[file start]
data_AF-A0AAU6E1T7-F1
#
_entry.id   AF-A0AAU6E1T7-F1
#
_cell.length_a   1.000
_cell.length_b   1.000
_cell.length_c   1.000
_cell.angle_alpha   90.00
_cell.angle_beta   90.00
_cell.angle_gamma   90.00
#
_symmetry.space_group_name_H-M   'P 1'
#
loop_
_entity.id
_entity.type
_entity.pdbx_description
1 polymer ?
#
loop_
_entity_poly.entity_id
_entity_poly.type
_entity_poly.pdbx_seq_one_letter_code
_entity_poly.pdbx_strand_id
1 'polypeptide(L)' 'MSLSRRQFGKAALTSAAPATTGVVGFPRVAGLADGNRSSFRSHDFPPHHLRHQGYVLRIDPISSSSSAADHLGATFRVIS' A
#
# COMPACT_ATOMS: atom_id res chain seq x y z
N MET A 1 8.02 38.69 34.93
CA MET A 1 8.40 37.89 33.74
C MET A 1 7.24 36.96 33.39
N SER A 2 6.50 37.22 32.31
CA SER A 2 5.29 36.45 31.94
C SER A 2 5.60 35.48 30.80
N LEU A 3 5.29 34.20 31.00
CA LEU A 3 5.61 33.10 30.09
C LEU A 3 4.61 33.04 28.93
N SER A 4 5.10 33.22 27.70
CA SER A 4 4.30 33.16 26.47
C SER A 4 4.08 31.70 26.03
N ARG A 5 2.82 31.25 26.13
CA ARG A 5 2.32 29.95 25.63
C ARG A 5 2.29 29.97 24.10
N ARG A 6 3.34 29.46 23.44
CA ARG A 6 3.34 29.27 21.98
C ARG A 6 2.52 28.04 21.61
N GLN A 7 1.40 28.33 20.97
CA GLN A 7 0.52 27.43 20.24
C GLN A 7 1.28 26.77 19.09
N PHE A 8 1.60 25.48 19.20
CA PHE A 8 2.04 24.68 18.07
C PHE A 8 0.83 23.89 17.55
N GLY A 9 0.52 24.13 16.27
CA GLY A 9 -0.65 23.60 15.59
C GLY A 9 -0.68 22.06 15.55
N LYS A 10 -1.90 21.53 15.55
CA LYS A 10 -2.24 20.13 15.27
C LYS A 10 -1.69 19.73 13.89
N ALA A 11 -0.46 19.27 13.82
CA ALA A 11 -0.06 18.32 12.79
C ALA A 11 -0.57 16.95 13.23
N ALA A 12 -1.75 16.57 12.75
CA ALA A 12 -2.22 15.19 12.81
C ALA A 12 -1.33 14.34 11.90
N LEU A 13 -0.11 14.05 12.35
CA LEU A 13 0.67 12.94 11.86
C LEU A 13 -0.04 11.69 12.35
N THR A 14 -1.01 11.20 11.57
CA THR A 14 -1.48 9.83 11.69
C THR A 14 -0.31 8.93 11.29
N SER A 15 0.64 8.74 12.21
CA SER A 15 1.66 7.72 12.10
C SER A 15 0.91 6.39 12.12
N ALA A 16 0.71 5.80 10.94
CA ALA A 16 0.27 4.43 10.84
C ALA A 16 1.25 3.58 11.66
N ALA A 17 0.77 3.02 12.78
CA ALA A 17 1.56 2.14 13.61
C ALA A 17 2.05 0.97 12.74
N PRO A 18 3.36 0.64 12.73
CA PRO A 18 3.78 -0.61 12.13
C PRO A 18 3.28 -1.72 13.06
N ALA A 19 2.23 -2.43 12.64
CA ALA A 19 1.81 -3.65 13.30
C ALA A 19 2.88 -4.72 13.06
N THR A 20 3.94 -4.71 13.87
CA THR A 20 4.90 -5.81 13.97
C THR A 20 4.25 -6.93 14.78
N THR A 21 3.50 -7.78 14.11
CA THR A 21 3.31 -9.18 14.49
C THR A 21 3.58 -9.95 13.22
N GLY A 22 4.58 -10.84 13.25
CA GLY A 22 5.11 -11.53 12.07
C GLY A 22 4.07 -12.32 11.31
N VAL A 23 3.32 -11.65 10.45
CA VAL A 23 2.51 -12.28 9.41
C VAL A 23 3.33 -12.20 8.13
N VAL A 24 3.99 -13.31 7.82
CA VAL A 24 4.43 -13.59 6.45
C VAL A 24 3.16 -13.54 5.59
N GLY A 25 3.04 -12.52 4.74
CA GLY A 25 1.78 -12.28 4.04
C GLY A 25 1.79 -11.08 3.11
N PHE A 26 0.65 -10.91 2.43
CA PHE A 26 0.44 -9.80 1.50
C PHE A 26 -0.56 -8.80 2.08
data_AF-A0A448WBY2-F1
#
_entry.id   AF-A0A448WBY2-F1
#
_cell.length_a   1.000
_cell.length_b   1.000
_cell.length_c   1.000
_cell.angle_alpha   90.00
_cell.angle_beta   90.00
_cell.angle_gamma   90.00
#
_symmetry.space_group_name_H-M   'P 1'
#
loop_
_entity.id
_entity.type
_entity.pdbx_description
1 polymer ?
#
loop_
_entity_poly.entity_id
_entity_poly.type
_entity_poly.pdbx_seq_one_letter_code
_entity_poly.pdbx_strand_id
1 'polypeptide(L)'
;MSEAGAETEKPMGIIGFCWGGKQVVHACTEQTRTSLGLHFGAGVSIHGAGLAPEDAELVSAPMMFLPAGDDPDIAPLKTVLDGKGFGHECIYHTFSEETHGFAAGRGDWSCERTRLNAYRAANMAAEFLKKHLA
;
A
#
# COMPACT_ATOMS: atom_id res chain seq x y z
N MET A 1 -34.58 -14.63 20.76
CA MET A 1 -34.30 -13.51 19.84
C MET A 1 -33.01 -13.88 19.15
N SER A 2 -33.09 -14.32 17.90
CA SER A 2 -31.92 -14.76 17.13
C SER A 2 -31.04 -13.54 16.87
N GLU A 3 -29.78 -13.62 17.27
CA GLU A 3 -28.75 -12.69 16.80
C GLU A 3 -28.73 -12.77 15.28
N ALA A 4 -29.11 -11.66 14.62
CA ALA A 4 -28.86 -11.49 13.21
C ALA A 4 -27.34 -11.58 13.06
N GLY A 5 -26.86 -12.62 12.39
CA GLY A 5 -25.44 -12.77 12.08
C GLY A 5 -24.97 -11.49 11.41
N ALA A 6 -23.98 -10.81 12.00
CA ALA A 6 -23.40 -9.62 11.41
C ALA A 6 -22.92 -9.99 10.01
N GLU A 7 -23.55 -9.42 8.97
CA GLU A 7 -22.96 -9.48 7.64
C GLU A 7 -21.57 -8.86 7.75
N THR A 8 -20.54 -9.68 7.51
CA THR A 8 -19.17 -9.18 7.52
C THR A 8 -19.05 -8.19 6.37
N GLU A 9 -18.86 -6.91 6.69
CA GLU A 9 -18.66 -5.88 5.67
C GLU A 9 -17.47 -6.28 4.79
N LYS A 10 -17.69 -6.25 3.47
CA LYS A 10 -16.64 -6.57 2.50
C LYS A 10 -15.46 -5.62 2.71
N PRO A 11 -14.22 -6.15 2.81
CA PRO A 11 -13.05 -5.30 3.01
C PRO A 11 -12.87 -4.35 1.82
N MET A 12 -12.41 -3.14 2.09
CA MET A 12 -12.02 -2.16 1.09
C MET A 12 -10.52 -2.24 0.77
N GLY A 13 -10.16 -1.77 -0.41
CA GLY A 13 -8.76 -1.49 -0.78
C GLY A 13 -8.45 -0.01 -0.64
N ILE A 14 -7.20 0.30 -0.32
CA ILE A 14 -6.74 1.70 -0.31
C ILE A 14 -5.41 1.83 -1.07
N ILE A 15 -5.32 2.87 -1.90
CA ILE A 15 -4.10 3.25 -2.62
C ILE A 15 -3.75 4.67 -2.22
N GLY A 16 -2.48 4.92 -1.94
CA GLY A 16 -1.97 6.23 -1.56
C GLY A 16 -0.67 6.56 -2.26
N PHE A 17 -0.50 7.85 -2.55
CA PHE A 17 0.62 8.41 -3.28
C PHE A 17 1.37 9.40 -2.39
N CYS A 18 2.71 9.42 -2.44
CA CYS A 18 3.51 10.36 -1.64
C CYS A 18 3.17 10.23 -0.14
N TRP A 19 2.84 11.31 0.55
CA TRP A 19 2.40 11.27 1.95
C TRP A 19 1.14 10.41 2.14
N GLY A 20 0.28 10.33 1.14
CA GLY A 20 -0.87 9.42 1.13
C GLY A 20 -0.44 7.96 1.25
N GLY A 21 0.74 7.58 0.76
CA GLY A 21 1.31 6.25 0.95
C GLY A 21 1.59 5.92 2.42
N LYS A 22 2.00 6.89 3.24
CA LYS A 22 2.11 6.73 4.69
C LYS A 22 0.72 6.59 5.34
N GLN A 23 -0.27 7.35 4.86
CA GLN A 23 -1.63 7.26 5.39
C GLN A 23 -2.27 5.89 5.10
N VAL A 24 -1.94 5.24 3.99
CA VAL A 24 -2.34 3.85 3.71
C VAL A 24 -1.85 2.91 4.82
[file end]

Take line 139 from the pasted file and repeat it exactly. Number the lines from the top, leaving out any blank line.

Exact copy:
N SER A 2 -33.09 -14.32 17.90